IDEAS home Printed from
MyIDEAS: Login to save this paper or follow this series

Ethnic Segregation in Germany

  • Albrecht Glitz


    (Universitat Pompeu Fabra and Barcelona GSE)

This paper provides a comprehensive description of the nature and extent of ethnic segregation in Germany. Using matched employer-employee data for the universe of German workers over the period 1975 to 2008, I show that there is substantial ethnic segregation across both workplaces and residential locations and that the extent of segregation has been relatively stable over the last 30 years. Workplace segregation is particularly pronounced in agriculture and mining, construction, and the service sector, and among low-educated workers. Ethnic minority workers are segregated not only from native workers but also from workers of other ethnic groups, but less so if they share a common language. From a dynamic perspective, for given cohorts of workers, the results show a clear pattern of assimilation, reminiscent of typical earnings assimilation profiles, with immigrants being increasingly less likely to work in segregated workplaces with time spent in the host country.

If you experience problems downloading a file, check if you have the proper application to view it first. In case of further problems read the IDEAS help page. Note that these files are not on the IDEAS site. Please be patient as the files may be large.

File URL:
Download Restriction: no

Paper provided by Centre for Research and Analysis of Migration (CReAM), Department of Economics, University College London in its series CReAM Discussion Paper Series with number 1222.

in new window

Date of creation: Sep 2012
Date of revision:
Handle: RePEc:crm:wpaper:1222
Contact details of provider: Postal: Drayton House, 30 Gordon Street, London WC1H 0AX
Phone: +44 (0)20 7679 5888
Fax: +44 (0)20 7916 2775
Web page:

More information through EDIRC

References listed on IDEAS
Please report citation or reference errors to , or , if you are the registered author of the cited work, log in to your RePEc Author Service profile, click on "citations" and make appropriate adjustments.:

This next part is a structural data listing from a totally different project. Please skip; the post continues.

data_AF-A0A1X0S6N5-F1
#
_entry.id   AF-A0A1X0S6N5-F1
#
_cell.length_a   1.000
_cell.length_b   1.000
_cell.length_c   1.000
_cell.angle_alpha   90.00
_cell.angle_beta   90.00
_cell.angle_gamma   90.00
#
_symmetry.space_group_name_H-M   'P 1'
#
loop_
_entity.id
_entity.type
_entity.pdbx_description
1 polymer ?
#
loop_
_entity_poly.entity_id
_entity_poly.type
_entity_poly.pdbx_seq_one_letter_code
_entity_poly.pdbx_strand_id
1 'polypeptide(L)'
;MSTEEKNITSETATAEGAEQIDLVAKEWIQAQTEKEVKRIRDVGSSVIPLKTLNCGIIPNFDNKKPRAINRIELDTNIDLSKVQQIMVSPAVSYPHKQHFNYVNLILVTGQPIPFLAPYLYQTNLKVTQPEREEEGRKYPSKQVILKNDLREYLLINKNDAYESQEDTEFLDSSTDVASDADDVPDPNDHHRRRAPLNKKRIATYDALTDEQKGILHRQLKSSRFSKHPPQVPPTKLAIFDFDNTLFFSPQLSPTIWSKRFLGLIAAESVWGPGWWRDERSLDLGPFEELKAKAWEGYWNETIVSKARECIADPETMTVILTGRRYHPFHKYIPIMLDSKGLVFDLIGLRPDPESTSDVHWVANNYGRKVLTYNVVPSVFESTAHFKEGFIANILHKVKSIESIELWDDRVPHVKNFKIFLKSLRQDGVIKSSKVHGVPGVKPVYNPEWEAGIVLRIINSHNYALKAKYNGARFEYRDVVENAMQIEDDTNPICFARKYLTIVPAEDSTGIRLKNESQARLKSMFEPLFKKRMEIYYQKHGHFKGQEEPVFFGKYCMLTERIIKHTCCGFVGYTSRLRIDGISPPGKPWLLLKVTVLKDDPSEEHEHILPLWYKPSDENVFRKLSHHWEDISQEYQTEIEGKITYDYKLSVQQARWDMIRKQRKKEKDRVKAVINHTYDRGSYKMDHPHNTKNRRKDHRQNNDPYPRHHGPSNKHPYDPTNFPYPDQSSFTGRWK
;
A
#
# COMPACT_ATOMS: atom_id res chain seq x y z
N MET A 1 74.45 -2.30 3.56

as in new window
  1. Michele Pellizzari, 2004. "Do Friends and Relatives Really Help in Getting a Good Job?," CEP Discussion Papers dp0623, Centre for Economic Performance, LSE.
  2. Monica I. Garcia-Perez & Fredrik Andersson & John Haltiwanger & Fredrik Kristin McCue & Seth Sanders, 2011. "Workplace Concentration of Immigrants," Working Papers 2011-20, Saint Cloud State University, Department of Economics.
  3. Aslund, Olof & Hensvik, Lena & Nordström Skans, Oskar, 2009. "Seeking Similarity: How Immigrants and Natives Manage at the Labor Market," IZA Discussion Papers 4640, Institute for the Study of Labor (IZA).
  4. Judith K. Hellerstein & Melissa McInerney & David Neumark, 2010. "Neighbors and Co-Workers: The Importance of Residential Labor Market Networks," Global COE Hi-Stat Discussion Paper Series gd09-132, Institute of Economic Research, Hitotsubashi University.
  5. Pendakur, Krishna & Woodcock, Simon, 2009. "Glass Ceilings or Glass Doors? Wage Disparity Within and Between Firms," CLSSRN working papers clsrn_admin-2009-55, Vancouver School of Economics, revised 25 Oct 2009.
  6. Sebastian Gundel & Heiko Peters, 2007. "Assimilation and Cohort Effects for German Immigrants," SOEPpapers on Multidisciplinary Panel Data Research 64, DIW Berlin, The German Socio-Economic Panel (SOEP).
  7. Edin, Per-Anders & Fredriksson, Peter & Åslund, Olof, 2000. "Ethnic Enclaves and the Economic Success of Immigrants - Evidence from a Natural Experiment," Working Paper Series 2000:21, Uppsala University, Department of Economics.
  8. Fitzenberger, Bernd & Osikominu, Aderonke & Völter, Robert, 2005. "Imputation rules to improve the education variable in the IAB employment subsample," FDZ Methodenreport 200503_en, Institut für Arbeitsmarkt- und Berufsforschung (IAB), Nürnberg [Institute for Employment Research, Nuremberg, Germany].